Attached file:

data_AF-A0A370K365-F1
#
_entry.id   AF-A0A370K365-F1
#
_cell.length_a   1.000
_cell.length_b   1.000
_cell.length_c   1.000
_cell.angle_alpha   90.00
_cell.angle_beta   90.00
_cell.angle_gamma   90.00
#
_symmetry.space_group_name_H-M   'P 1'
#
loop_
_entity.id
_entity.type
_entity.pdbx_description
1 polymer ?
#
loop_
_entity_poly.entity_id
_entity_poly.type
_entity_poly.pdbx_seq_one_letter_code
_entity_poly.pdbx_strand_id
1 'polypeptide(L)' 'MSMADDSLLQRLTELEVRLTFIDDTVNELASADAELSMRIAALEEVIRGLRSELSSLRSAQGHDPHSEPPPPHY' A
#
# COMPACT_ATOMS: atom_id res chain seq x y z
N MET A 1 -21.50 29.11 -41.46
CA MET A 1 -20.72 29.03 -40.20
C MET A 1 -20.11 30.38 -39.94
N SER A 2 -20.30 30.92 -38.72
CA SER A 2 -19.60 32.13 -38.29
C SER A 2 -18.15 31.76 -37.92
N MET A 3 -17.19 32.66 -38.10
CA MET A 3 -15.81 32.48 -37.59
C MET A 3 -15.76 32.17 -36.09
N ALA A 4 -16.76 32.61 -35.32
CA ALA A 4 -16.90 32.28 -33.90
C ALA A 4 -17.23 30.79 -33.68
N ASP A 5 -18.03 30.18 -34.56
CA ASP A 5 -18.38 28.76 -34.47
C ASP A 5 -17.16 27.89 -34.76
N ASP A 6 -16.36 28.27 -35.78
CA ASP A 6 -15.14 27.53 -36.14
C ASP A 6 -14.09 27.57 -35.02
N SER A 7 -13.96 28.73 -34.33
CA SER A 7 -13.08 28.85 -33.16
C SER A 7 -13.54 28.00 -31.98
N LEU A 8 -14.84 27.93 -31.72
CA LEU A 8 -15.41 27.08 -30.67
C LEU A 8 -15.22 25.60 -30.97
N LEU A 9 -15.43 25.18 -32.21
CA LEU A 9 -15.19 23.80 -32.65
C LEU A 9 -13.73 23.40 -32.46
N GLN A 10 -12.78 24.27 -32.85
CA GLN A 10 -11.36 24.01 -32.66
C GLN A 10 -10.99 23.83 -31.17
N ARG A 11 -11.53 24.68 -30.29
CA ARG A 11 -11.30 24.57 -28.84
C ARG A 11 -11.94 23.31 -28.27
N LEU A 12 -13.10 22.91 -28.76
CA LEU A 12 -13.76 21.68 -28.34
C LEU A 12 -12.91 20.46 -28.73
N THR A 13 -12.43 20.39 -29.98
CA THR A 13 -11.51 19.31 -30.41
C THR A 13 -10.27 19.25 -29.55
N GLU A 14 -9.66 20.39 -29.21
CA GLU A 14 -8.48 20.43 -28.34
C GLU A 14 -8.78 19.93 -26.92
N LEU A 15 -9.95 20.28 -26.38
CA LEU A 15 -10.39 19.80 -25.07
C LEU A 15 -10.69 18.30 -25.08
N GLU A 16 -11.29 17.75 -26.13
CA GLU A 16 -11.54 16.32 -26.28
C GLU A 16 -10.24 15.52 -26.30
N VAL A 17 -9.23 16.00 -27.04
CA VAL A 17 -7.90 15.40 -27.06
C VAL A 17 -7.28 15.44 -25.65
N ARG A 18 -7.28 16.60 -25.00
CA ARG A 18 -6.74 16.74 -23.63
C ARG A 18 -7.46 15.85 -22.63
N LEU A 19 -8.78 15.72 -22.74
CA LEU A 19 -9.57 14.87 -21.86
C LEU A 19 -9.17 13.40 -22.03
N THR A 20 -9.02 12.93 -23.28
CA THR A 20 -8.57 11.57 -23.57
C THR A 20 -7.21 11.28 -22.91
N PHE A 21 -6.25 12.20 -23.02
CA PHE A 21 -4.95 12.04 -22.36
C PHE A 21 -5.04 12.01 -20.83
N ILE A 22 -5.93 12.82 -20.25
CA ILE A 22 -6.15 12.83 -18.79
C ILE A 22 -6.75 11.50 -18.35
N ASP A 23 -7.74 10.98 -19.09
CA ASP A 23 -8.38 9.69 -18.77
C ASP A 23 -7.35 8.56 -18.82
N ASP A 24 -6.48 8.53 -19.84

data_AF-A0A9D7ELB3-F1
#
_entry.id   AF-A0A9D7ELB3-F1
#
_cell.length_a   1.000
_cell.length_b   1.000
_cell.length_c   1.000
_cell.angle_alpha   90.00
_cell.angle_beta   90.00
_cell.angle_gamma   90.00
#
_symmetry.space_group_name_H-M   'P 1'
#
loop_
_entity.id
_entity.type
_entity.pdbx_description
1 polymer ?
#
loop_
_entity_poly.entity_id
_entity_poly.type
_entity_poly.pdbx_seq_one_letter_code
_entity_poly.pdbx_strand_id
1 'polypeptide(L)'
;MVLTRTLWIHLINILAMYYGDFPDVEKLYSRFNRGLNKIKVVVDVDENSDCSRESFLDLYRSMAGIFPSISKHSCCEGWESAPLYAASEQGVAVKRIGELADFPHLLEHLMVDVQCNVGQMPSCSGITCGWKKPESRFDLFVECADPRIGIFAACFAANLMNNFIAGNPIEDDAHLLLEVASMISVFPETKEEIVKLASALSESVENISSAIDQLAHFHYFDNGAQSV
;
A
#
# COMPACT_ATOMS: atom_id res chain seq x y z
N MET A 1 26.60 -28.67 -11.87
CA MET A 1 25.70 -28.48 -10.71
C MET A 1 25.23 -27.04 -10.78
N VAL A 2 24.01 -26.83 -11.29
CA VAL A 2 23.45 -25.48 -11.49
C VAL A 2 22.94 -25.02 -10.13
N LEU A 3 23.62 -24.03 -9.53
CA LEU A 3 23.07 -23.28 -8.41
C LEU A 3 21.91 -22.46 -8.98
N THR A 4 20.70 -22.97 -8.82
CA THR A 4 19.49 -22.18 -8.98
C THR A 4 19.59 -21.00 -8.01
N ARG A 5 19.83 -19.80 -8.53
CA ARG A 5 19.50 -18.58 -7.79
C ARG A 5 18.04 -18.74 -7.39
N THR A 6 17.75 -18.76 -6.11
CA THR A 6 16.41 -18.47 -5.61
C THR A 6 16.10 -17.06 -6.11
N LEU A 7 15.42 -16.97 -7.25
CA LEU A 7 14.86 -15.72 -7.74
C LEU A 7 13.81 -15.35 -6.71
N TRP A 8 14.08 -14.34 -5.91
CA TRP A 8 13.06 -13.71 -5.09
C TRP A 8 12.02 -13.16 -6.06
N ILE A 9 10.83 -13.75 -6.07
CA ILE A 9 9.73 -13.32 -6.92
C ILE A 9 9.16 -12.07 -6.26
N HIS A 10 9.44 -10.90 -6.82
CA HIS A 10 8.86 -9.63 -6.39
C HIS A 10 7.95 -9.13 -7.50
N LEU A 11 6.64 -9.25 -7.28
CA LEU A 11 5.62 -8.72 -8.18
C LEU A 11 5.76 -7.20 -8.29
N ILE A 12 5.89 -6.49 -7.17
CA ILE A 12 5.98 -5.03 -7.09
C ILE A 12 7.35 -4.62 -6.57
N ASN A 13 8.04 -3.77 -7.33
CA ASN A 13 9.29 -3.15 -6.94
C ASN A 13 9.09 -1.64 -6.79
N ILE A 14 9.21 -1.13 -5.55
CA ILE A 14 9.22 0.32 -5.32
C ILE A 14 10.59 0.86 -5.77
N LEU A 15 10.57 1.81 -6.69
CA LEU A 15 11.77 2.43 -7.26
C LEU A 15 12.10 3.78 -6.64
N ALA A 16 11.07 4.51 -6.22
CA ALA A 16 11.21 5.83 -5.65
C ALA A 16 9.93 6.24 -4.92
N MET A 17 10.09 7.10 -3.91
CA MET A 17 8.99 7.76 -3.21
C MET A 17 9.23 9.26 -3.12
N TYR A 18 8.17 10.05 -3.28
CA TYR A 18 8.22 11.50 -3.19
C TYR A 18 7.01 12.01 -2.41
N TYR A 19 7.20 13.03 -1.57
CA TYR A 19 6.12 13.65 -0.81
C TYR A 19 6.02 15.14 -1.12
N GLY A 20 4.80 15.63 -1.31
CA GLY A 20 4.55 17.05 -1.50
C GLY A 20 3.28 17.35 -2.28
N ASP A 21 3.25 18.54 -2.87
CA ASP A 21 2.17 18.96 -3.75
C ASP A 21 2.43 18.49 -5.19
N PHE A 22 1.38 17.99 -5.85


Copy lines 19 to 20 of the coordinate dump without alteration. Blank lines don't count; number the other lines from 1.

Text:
#
loop_